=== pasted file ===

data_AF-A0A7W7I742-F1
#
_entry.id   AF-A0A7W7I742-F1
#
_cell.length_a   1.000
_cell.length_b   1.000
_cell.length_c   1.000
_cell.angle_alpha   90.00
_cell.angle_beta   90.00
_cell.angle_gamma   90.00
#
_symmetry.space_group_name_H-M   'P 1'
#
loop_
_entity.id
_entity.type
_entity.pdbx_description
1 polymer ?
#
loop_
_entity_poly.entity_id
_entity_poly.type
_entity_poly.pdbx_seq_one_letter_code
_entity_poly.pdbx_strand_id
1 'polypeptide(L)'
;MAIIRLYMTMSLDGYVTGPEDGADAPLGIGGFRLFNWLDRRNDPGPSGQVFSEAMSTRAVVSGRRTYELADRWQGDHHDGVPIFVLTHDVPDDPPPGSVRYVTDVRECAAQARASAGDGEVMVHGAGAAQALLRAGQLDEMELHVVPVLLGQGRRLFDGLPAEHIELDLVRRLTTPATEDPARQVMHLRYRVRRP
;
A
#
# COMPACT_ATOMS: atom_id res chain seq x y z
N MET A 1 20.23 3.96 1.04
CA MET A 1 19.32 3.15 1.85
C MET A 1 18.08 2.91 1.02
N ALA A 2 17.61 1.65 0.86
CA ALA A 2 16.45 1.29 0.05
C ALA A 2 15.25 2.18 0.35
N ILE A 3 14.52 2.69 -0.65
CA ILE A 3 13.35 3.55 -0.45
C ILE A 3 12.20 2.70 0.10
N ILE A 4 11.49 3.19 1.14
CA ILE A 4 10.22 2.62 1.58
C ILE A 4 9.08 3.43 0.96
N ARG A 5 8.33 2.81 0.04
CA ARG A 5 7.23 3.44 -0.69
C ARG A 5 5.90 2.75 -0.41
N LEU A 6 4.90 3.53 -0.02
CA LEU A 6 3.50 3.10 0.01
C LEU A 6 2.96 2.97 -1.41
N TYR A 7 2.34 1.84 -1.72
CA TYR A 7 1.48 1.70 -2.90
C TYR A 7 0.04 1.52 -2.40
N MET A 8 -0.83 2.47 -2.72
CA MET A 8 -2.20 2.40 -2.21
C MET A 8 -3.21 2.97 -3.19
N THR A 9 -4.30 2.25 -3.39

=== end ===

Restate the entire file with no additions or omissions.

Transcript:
data_AF-A0A7W7I742-F1
#
_entry.id   AF-A0A7W7I742-F1
#
_cell.length_a   1.000
_cell.length_b   1.000
_cell.length_c   1.000
_cell.angle_alpha   90.00
_cell.angle_beta   90.00
_cell.angle_gamma   90.00
#
_symmetry.space_group_name_H-M   'P 1'
#
loop_
_entity.id
_entity.type
_entity.pdbx_description
1 polymer ?
#
loop_
_entity_poly.entity_id
_entity_poly.type
_entity_poly.pdbx_seq_one_letter_code
_entity_poly.pdbx_strand_id
1 'polypeptide(L)'
;MAIIRLYMTMSLDGYVTGPEDGADAPLGIGGFRLFNWLDRRNDPGPSGQVFSEAMSTRAVVSGRRTYELADRWQGDHHDGVPIFVLTHDVPDDPPPGSVRYVTDVRECAAQARASAGDGEVMVHGAGAAQALLRAGQLDEMELHVVPVLLGQGRRLFDGLPAEHIELDLVRRLTTPATEDPARQVMHLRYRVRRP
;
A
#
# COMPACT_ATOMS: atom_id res chain seq x y z
N MET A 1 20.23 3.96 1.04
CA MET A 1 19.32 3.15 1.85
C MET A 1 18.08 2.91 1.02
N ALA A 2 17.61 1.65 0.86
CA ALA A 2 16.45 1.29 0.05
C ALA A 2 15.25 2.18 0.35
N ILE A 3 14.52 2.69 -0.65
CA ILE A 3 13.35 3.55 -0.45
C ILE A 3 12.20 2.70 0.10
N ILE A 4 11.49 3.19 1.14
CA ILE A 4 10.22 2.62 1.58
C ILE A 4 9.08 3.43 0.96
N ARG A 5 8.33 2.81 0.04
CA ARG A 5 7.23 3.44 -0.69
C ARG A 5 5.90 2.75 -0.41
N LEU A 6 4.90 3.53 -0.02
CA LEU A 6 3.50 3.10 0.01
C LEU A 6 2.96 2.97 -1.41
N TYR A 7 2.34 1.84 -1.72
CA TYR A 7 1.48 1.70 -2.90
C TYR A 7 0.04 1.52 -2.40
N MET A 8 -0.83 2.47 -2.72
CA MET A 8 -2.20 2.40 -2.21
C MET A 8 -3.21 2.97 -3.19
N THR A 9 -4.30 2.25 -3.39